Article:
KEVIN HAGUE (Green): I rise on behalf of the Green Party to join others echoing the comments made by the Minister and by Trevor Mallard expressing our sadness and condolences to Jonah Lomu’s family. Recently we have been celebrating the performance of our All Blacks team at the Rugby World Cup, and of individual players within that team. But it is true that at no point, either now or at any point in the past, has any player so dominated the sport of rugby as Jonah Lomu did and will continue to do in people’s memories. Others have already mentioned that 1995 World Cup campaign, and in particular that try involving the encounter with Mike Catt.
Jonah Lomu’s fame, popularity, and influence have extended far beyond the sport of rugby, and indeed far beyond the countries where rugby is played. He has become an icon for his strength, skill, determination, and, as the Minister says, for his generosity also. He was often the last player to leave the field, still signing autographs for kids until the kids had gone.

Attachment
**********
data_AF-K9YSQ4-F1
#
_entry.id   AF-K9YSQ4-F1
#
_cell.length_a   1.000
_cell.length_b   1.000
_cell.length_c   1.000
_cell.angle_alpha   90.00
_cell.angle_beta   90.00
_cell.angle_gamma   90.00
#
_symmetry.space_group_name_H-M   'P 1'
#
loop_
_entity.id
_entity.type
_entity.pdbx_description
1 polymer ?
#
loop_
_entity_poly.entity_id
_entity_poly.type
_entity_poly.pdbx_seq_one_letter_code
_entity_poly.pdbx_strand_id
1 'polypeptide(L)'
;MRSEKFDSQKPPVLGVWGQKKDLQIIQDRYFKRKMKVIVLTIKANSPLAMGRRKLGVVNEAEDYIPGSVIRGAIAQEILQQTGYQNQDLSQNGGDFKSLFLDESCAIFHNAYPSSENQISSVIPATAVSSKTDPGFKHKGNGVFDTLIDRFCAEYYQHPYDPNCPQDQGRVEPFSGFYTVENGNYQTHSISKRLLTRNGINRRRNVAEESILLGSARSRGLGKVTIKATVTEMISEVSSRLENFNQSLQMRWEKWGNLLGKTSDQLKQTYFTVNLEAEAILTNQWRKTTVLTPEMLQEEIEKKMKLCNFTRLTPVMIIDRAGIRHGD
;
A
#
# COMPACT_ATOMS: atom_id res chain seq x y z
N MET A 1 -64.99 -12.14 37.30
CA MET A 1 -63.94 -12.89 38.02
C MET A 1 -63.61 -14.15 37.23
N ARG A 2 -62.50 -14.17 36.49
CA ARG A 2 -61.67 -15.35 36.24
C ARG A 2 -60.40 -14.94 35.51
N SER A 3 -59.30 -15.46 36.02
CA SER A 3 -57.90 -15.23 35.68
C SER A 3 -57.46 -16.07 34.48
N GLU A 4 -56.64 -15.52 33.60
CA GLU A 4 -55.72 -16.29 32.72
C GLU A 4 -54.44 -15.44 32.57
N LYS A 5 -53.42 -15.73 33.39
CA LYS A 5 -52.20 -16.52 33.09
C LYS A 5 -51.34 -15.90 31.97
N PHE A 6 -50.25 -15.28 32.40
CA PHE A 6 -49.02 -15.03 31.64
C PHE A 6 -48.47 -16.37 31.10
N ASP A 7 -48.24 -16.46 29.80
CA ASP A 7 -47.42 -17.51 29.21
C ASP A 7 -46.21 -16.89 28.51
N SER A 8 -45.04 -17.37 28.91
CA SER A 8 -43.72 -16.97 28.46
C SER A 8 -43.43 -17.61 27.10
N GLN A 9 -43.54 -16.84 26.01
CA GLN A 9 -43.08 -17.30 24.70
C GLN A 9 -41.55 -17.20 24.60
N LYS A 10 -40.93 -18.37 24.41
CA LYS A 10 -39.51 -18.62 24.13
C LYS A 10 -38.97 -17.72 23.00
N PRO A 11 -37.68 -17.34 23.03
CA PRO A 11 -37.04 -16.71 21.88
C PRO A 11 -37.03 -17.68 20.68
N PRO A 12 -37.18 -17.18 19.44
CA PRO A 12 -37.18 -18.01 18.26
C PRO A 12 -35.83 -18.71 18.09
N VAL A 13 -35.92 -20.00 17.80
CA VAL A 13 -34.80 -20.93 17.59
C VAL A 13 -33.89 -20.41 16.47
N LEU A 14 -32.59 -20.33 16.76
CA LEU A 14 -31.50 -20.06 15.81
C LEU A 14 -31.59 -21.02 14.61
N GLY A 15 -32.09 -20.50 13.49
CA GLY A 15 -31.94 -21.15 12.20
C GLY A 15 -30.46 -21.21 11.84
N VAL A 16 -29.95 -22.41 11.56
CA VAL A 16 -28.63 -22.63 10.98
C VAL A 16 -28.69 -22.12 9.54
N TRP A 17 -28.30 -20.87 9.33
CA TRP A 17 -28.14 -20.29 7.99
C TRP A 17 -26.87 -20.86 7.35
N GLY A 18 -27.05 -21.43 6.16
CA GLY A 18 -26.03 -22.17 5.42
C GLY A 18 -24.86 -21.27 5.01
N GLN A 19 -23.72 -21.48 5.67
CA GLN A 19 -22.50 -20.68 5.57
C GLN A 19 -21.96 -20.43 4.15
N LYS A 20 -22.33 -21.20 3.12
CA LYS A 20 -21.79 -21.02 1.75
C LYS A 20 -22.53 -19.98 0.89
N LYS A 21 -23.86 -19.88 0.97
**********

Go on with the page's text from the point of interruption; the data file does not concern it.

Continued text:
I sit on the Health Committee, and we have recently been hearing about the ordeal that is dialysis, and that is an ordeal that Jonah Lomu has had to sustain for many years now.
The Green Party expresses our shock and our sadness and our deepest sympathy to Jonah Lomu’s family and friends.
Rt Hon WINSTON PETERS (Leader—NZ First): As Muhammad Ali was to boxing, so was Jonah Lomu to rugby. He was simply the greatest player we have ever seen, and anyone who was lucky enough to be at the Sydney sportsground the time he first turned up—when he got the ball 70 metres out, sent Damian Smith and three other guys flying, got all the way to the corner, and then gave the ball to Kronfeld—would have then heard the buzz, which no one will ever hear again, so loud of Aussie admiration, which is not easy to get. An Aussie sports field will never forget how good this man was. To use Tina Turner’s famous song, he was simply the best.